- Chris Forsberg, ESPN Staff Writer
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WALTHAM, Mass. -- Three-day breaks in the NBA schedule sort of feel like bye weeks in the NFL. So Celtics coach Doc Rivers admitted Friday that it's hard to resist the temptation to overhaul his team's game plan given that the break might have allowed him to add some new wrinkles.
But at the end of the day, the Celtics will settle for the most minor of adjustments, recognizing that they didn't get to this point -- up 2-0 over the Orlando Magic in the Eastern Conference finals -- by trying to be something they're not.
So what you've seen from the Celtics is just about what you'll get when the series resumes Saturday night at the TD Garden (ESPN, 8:30 p.m.).
"I probably drive my staff crazy because the more film you watch, the more things you see, and you gotta kinda cut off the temptation to change," said Rivers. "We're not a team that will change, we haven't been. When you have this much time, you want to put in five new plays and run two new defensive schemes. But you know that's not smart."
In the end, why mess with what's working? The Celtics have won five straight postseason games and are playing some of the most inspired ball of their 2009-10 season.
Plus, it's one thing to dip into the bag of tricks and catch a team by surprise -- gimmicks have a limited shelf life. But when the opposition knows what's coming and you line up and still win, that's the sign of a great team.
"We're going to do the same things," said Rivers. "Like I said in the Cleveland series, some teams have the ability to go small, go big or change. We unfortunately -- or maybe fortunately -- do not. We're going to be who we are and just be that."
Some in the Celtics' locker room expect the Magic to make some changes to reverse their fortunes. Celtics captain Paul Pierce is expecting to be guarded by Matt Barnes, while Rivers noted the Green might see more of reserves like J.J. Redick and Marcin Gortat, two players who have provided the Magic with a spark off the bench through the first two games of the series.
Back in Orlando, Magic coach Stan Van Gundy remained vague on exactly what moves his team will make as it tries to claw back into this series. He did suggest there would be no swapping of starters and stressed that his team is not "in panic mode."
The Celtics are ready for anything the Magic can throw at them, even if they're not expecting much in the way of tweaks.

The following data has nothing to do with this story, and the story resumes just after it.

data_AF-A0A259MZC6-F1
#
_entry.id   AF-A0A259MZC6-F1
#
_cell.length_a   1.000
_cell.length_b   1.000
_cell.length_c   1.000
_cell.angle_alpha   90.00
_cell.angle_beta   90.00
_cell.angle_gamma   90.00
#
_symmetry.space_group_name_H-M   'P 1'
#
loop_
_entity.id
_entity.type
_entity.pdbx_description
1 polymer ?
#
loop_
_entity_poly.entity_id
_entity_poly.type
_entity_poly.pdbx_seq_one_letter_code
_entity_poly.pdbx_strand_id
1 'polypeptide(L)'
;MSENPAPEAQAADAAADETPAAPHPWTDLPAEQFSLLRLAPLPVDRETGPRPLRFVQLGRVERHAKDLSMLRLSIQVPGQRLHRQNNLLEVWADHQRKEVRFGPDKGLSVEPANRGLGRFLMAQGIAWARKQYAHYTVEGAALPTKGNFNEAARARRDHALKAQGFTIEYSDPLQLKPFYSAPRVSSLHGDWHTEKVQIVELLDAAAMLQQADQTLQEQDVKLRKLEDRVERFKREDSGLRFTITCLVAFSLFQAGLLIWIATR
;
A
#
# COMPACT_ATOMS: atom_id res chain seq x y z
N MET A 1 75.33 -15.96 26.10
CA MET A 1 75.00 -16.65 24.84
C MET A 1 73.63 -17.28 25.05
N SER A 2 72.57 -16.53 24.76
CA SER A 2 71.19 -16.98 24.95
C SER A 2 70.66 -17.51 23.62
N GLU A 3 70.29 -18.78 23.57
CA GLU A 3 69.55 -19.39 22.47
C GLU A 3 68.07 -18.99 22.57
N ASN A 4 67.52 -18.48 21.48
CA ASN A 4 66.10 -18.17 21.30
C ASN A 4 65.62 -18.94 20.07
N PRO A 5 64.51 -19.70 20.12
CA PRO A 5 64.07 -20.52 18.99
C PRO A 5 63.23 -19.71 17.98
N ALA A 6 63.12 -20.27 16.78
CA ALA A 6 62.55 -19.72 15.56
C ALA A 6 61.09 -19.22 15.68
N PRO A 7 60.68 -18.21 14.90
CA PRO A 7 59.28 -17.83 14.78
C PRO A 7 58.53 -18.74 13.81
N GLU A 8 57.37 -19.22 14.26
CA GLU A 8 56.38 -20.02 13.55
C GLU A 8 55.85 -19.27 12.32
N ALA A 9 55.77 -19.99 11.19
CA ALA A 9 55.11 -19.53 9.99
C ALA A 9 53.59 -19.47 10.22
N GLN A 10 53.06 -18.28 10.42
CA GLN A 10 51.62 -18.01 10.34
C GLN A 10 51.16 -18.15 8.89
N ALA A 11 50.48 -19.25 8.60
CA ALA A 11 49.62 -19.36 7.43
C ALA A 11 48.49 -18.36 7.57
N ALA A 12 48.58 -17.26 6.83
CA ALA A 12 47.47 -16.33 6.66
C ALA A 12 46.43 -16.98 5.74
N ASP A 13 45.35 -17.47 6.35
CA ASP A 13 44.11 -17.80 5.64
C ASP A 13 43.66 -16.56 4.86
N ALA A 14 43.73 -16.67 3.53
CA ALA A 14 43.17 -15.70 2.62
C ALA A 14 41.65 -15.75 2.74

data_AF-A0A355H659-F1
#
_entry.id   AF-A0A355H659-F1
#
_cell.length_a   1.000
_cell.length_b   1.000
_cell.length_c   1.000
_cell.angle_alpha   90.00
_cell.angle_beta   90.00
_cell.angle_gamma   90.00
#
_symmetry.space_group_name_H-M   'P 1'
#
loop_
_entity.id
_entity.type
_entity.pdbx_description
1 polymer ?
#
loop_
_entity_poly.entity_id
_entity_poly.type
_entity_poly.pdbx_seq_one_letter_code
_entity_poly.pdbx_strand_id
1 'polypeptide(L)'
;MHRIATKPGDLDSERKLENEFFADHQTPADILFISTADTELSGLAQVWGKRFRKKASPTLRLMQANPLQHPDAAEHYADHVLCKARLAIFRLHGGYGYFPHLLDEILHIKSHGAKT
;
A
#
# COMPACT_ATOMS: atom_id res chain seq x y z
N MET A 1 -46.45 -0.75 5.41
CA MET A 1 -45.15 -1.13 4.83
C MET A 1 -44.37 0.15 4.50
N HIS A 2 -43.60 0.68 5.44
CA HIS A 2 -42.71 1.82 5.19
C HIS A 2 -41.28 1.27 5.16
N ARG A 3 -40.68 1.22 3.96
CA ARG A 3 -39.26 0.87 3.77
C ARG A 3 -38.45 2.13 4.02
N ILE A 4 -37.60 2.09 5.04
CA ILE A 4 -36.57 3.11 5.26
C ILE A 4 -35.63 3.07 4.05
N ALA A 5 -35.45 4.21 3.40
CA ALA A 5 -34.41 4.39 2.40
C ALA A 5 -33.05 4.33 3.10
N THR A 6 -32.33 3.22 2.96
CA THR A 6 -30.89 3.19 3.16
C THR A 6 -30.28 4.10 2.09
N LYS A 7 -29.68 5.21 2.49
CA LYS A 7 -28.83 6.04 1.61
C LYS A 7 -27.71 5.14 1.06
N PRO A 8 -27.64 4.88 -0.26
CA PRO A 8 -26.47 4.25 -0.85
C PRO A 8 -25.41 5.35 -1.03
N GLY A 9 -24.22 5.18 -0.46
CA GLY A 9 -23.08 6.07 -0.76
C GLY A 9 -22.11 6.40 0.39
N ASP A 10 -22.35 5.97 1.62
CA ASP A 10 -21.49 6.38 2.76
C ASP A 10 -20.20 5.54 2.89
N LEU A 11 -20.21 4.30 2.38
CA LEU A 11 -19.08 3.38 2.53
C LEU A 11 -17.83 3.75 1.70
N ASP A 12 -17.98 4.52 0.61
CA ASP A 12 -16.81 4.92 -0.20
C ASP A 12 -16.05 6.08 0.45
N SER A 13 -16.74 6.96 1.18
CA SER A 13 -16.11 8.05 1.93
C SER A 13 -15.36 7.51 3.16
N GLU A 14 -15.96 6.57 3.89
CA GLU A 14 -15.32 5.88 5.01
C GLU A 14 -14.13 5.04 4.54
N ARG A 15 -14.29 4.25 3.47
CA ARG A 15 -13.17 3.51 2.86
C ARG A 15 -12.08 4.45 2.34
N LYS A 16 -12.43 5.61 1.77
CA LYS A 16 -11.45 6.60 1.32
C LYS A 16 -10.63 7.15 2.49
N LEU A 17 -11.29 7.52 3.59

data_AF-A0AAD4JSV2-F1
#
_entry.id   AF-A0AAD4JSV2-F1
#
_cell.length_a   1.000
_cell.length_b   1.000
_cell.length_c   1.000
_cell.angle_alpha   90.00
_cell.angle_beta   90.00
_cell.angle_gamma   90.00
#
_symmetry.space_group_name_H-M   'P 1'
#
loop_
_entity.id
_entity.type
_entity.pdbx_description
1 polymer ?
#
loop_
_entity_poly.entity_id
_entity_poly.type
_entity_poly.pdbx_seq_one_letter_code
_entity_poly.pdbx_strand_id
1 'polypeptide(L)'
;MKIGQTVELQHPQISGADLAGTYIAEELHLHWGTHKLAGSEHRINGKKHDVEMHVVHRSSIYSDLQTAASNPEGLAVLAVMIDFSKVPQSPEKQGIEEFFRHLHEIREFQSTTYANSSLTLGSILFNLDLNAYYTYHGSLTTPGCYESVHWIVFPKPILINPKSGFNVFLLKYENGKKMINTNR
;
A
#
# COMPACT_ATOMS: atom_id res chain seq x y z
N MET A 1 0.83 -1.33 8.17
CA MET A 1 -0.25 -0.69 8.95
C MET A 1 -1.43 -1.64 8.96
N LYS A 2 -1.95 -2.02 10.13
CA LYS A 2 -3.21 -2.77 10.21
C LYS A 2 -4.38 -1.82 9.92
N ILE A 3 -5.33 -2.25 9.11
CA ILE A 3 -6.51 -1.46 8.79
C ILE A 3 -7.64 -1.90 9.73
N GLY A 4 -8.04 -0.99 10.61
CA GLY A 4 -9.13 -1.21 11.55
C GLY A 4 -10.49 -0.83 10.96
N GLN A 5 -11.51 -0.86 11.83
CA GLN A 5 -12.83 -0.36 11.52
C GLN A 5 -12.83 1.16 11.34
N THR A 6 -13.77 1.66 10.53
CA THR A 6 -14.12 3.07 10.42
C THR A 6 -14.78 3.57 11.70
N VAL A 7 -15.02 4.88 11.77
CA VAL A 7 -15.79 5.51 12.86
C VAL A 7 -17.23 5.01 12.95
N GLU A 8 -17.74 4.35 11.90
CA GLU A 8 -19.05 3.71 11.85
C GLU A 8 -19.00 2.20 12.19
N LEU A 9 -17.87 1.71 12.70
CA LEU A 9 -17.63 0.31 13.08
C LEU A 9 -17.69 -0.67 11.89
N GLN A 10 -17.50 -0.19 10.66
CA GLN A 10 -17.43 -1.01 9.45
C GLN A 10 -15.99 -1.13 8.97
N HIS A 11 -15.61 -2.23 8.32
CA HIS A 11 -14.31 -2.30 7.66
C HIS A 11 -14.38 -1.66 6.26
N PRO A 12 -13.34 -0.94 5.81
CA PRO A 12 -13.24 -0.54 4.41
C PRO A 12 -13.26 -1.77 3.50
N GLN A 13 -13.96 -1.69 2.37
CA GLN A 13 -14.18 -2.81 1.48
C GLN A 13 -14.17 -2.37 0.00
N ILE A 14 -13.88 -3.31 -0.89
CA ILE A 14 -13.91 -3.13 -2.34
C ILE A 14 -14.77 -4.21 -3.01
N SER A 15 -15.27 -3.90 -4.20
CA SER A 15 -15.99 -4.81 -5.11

"Obviously, they want to play better defensively, probably on me," said Pierce, who has torched Vince Carter for 25 points per game to start the series. "I don't know what they'll do as far as trapping and different matchups. They'll probably get J.J. Redick going; he's shown they've had some success when he's in the game. You think about those little things."
On Thursday, Rivers suggested there was no need for Orlando to overreact, but the Celtics are preparing just in case they do.
"They have to think that both games they could have won, so they're not going to make many changes," said Rivers. "We'll prepare for it. We work on the zone offense every day, though we've yet to see them run a zone. You have to work just in case. We work on them going big with Rashard [Lewis] at the 3. We work on that every day as well. And if it doesn't happen, it doesn't happen. At least you worked on it.
"The good news is, you do have time to work on this stuff. At the end of the day, it doesn't matter what adjustments we make -- and we'll make some, too -- the players have to play and they have to perform."
Ever since settling on what amounts to an eight-man rotation (with Michael Finley chipping in spare minutes) late in the season, the Celtics haven't wavered from what they are.
Of course, Boston has the luxury of a balanced offense in which a rotating cast of players can step up on any given night. The same can be said for an inconsistent bench that consistently produces at least one solid contribution per game from the mix of Tony Allen, Glen Davis, and Rasheed Wallace.
There's been plenty of times Rivers, with his team decimated by foul trouble, could have leaned harder on Shelden Williams or Marquis Daniels. Rivers did give a fleeting chance to Nate Robinson to provide a spark at times during the early rounds.
In the end, Rivers leaned heavily on what got Boston this far. And with a 2-0 series advantage, Boston has the luxury of not worrying itself into changes.
"When you're down 2-0, you do make changes, and we have to anticipate that," said Rivers. "They're not going to make many changes, and I've said it the whole time: We are who we are, and they are who they are. They're just going to try to do it better.
"We know that Barnes or [Mickael] Pietrus will probably guard Paul. Vince will go to Ray [Allen]. That's how a lot of us thought the series would start. Now they're going back to that. They'll go bigger more with Gortat and Howard in. Those are changes you expect.
"We're going to keep working and better our play as well. We know both games could have gone either way. It's not like we've done anything that special."
Echoed Pierce: "We're going to make some adjustments ourselves. We still haven't played our perfect game yet, so we're searching for that."
Chris Forsberg is the Celtics reporter for ESPNBoston.com. Follow him on Twitter.